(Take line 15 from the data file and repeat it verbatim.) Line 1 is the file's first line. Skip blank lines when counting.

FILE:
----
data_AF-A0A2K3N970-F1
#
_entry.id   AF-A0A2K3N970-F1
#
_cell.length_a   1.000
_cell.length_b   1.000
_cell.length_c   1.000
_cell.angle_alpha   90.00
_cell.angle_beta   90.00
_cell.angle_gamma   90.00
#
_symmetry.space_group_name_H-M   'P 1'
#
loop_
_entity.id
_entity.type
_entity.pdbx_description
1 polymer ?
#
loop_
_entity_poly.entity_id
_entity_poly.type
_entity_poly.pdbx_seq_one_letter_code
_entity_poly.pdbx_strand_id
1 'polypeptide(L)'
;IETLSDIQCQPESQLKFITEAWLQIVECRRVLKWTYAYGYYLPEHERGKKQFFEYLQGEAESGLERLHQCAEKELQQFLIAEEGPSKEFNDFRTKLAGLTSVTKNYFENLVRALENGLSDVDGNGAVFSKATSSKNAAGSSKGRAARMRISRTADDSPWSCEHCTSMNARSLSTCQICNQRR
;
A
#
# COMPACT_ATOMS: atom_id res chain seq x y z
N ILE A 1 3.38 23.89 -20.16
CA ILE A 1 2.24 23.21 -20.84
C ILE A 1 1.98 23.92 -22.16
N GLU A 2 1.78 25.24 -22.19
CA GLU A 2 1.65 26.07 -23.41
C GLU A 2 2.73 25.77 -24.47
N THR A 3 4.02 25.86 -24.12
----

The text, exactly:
_entity.id